DEATH IS ONLY THE BEGINNING
Death is a common occurrence in Rogue Legacy. Between the title screen and the game over screen you will lose your cool; however, it’s in these moments of frustration where the triumph will compel you to continue playing, even after your 400th death. Rogue Legacy is challenging, but it becomes an addictive, challenging platformer.
Rogue Legacy is a mixture of Castlevania, Metroid, and Dark Souls. Don’t be mistaken by its cute appearance, Rogue Legacy is hard–very hard. It’s entirely possible to die in the first real room in the game. When you die you are sent back to the title screen where you are tasked with picking one of the hero’s children to complete the quest. When you do die, you get to choose from three different heirs. Each child will have their own classes and, more interestingly, genetic abilities. One child might have vertigo and it will flip the entire screen upside down, or another will be nostalgic which will give a brown look like in old photos from the west. While the children’s genetic makeup is completely random, you will get the choice to pick which set you like best. Some may help you or some will hinder you.
Rogue Legacy has a 2D sidescrolling look and feel which stays consistent throughout each section. The castle is broken into 4 sections and they each have a different feel than the last. Every time you die, you will return to the first section. To make matters worse for your journey, the levels are randomly generated, changing up each and every time you die. After a while, you tend to see the same layout patterns, but the traps and enemy placements will always be different. Because of this, the game is never repetitive.
However, unlike The Binding of Isaac or other rogue-like titles, there is a modicum of continuity. Any gold you happen to get before you die will pass down to your child, allowing you to level up. The money can be spent on upgrading your stats buying new gear, unlocking new classes, and much more — what’s even better is that these upgrades will pass on from generation to generation. The gold, however, will not. You must pay your way into the castle and it will take every gold you don’t spend. No matter how much health, upgrades, or gear you have, Rogue Legacy will not be easy. The game will take you down if you are not careful. While the difficulty never feels fair, it actually is. There can be times where you die for no reason, but that is because you didn’t see a telling sign if something is an enemy or not. There is this one move where you can dash back as you swing your sword, so instead of hitting an enemy that is right behind you, you end up bumping into that enemy instead. After a while, you won’t mind the difficulty because it becomes second nature. The bosses and some of the challenges will bring the games most frustrating moments, but it becomes endearing. While none of the upgrades alone will give you a significant advantage, after a while they begin stacking up allowing you to defeat your toughest foes.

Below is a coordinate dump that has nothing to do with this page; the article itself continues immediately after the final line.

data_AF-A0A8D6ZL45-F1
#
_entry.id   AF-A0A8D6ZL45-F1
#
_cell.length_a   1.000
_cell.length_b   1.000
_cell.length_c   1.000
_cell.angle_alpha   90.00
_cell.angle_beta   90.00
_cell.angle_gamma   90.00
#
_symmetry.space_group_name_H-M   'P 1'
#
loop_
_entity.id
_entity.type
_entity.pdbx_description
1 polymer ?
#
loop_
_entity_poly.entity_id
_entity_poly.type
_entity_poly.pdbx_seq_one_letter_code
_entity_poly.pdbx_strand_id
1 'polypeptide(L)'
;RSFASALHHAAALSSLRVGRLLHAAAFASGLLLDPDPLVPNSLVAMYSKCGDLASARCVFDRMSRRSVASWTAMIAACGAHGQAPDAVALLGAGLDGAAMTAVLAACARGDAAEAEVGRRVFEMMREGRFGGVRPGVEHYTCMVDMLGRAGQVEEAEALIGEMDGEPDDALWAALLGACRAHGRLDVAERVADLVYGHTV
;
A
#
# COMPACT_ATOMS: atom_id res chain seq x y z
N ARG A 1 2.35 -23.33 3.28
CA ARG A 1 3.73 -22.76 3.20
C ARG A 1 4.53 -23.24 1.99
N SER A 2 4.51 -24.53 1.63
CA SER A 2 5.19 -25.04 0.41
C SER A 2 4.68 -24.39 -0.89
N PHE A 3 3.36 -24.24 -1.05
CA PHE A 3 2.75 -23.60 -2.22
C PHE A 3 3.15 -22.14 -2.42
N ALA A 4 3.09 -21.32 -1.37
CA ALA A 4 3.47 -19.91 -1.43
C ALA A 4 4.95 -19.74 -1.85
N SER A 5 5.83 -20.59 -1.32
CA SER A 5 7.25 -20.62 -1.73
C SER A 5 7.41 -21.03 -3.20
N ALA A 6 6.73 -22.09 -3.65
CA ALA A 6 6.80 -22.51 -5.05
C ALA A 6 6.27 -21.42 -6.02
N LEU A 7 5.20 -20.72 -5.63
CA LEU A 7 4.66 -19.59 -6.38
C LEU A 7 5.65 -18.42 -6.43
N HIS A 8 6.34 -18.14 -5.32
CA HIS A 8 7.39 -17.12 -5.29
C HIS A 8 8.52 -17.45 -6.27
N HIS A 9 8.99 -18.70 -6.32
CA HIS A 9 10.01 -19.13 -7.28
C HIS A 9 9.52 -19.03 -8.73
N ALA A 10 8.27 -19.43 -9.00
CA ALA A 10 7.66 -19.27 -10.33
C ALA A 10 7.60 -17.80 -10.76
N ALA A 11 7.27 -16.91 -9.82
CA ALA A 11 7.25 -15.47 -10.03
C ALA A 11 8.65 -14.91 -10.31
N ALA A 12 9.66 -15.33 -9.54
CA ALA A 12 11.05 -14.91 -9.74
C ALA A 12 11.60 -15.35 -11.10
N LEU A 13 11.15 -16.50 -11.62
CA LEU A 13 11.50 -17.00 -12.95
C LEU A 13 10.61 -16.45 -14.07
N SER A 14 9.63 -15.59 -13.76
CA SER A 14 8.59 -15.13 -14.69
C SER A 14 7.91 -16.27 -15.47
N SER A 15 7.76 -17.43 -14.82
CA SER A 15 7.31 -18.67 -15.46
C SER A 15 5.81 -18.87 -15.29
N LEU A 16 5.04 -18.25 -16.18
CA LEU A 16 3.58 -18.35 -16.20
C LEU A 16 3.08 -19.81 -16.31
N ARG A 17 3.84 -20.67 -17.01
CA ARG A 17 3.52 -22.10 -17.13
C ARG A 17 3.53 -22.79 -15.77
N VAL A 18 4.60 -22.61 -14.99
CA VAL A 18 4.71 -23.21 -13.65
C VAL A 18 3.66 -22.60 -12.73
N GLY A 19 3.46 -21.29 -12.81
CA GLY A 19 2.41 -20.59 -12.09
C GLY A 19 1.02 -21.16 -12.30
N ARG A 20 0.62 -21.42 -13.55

If there is one weakness for Rogue Legacy, it’s the story. The story is told through journals found through the shifting layout of the castle that help explain the family’s quest. On the surface, the story is interesting and it does have a good twist, but as a whole, Rogue Legacy really didn’t need a story to be enjoyable.
One small pet peeve is that you are are going to hear the same theme music for the castle repeatedly, wouldn’t be so bad if the main theme didn’t sound so busy. The good news about that is that the rest of the soundtrack can be great at times and doesn’t overstay its welcome.
It is possible to complete Rogue Legacy in under an hour, but to truly appreciate what this game has to offer, it will take many hours to complete. It took me 25 hours to complete the game and I haven’t even found all of the runes, upgrades, gear, blueprints, bonus bosses, and power-ups available to discovery. For $16.99 on the PlayStation Store, you are getting your monies worth.
The Vita Difference:
Not only does the game have tremendous replay value, but it is also cross-buy and cross-save; buying it on one PlayStation console will allow you to play it on the rest. That said, Rogue Legacy feels right at home on the Vita. Like other popular “rogue-likes” (Spelunky), Rogue Legacy’s quick-death nature is perfect for the short-burst game sessions that Vita owners are accustomed too. While the game feels right at home on the PlayStation 4 and PlayStation 3, the experience may be best on the PlayStation Vita. — (Lou Contaldi, Executive Editor)
The Verdict: 8.0 out of 10
Rogue Legacy is not for the weak of heart and spirit. The repetitive nature is saved by its constant changing of the castle, hilarious genetic abilities, and addictive “one more game” compulsion. If you stick with it, you’ll find one of the most gratifying games to come out this year. Seriously, it’s hard, but great.
For more information about what the score means, check out our official review scale.
Jesse Webster is a Senior Writer at MONG and this is my first review for MONG. You can find him on Twitter.